Mum's Garden - Corner Spiral
Quilts

Mum’s Garden {Quilting Update}

Heads up, this is a photo heavy post.

I have found that I can quilt about one spiral on Mum’s Garden a day. It’s a pretty big quilt at 60″ x 72″ to turn and turn and turn, and as I work my way to the edges of the quilt, getting the quilt to pass through the throat of my machine is becoming a bit more challenging.

Mum's Garden - Spiral Quilting

Mum’s Garden – Spiral Quilting

I think this photograph of the back shows the change in thread colors I’ve been using, even though they are subtle. The thread for the center spiral matches the darkest fabric in the front (Aurifil 2468 Dark Wine to match Kona Burgundy), the next 4 spirals match the medium orange in the front (Aurifil 2350 Copper to match Kona Spice), and the outer 4 spirals match the yellow (Aurifil 2140 Orange Mustard to match Kona Yarrow) which is also what I used for the backing.

Each spiral is approximately 2 feet (24 inches) in diameter when complete, and I have been really happy with how the first 9 have come together. I keep checking the backing, and after completing these spirals, I knew it was time to re-baste the corners to keep from getting tucks in the backing.

In my last post about Mum’s Garden, several people suggested via the comments that I try spray basting to alleviate this basting issue, and I think that spray basting can be an awesome solution. I tested out spray basting years ago, and it’s just not something that can be tolerated in my household; we are chemical and scent sensitive. I know that there might be new products on the market, but I’m also only leaving the house to get groceries right now so I’m going to keep working with what I have on hand.

Mum's Garden - re-basting corners

Mum’s Garden – re-basting corners

In the photo above, I have already re-basted 3 of the 4 corners and unpinned the last corner that needs to be redone. To begin, I started by taping the four corners of the quilt down and working to get tension across the quilt. Then I taped each side at the midpoint.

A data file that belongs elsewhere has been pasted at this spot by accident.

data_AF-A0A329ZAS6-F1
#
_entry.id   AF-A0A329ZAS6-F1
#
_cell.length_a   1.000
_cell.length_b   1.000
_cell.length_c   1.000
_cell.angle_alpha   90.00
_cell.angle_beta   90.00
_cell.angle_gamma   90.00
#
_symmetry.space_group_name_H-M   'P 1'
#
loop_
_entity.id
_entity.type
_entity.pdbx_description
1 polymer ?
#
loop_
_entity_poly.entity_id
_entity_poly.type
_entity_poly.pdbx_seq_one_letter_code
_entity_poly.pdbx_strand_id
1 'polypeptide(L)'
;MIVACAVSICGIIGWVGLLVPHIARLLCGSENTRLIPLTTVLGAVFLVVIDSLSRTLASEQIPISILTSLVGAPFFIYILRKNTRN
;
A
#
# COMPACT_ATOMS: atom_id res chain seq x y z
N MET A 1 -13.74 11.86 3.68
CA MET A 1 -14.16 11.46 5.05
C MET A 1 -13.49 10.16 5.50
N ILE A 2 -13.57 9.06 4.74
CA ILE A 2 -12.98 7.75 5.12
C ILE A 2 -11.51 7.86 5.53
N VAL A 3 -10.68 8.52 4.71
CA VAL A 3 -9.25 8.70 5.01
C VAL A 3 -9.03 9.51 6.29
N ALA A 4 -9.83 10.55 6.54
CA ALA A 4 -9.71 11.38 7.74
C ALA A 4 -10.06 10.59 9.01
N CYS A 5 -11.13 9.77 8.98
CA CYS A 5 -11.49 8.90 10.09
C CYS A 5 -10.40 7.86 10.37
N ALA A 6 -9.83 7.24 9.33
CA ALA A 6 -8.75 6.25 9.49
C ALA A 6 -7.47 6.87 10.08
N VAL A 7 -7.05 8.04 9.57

Mum's Garden - re-basting corners

Mum’s Garden – re-basting corners

After unpinning a corner, I gently folded back the top and batting and you can see that the backing was pretty wavy.

Mum's Garden - re-basting corners

Mum’s Garden – re-basting corners

I gently re-adjusted the positioning of the corner and then added a few more pieces of tape to ensure that the backing was taut and flat again.

Mum's Garden - re-basting corners

Mum’s Garden – re-basting corners

Then I worked to nicely flatten the batting and quilt top.

Mum's Garden - re-basting corners

Mum’s Garden – re-basting corners

After re-basting, it was time to stare down the quilt top and decide where to start the next spiral. The final quilting will be done with thread matching the background (Aurifil 2311 Muslin to match Kona Bone).

Mum's Garden - Corner Spiral

Mum’s Garden – Corner Spiral

This is what a 2 foot diameter corner spiral looks like. Before continuing to grow the spiral, I decided to stop, step back, and consider how to quilt the rest of the corner.

Quilting Plan 2.0

Quilting Plan 2.0

I’m glad I took the time to stop and think and doodle quilting lines in Procreate again, because I really disliked my initial thought of just continuing the spiral. My next idea was to fill in with additional spirals, but it made everything feel too cluttered. When I sketched out just a simple echo, I knew that it was the perfect solution. I like how it mimics the star shapes and creates more rest at the edges of the design.

So, it’s time to go fill in those spaces and finish the other three corners. This quilt will also need to be blocked after I’m done quilting to help get the long sides back to straight. I’m still hopeful I can have a finish later in the week to share, but we’ll see.

What are you working on this week?

20 thoughts on “Mum’s Garden {Quilting Update}

  1. Julie says: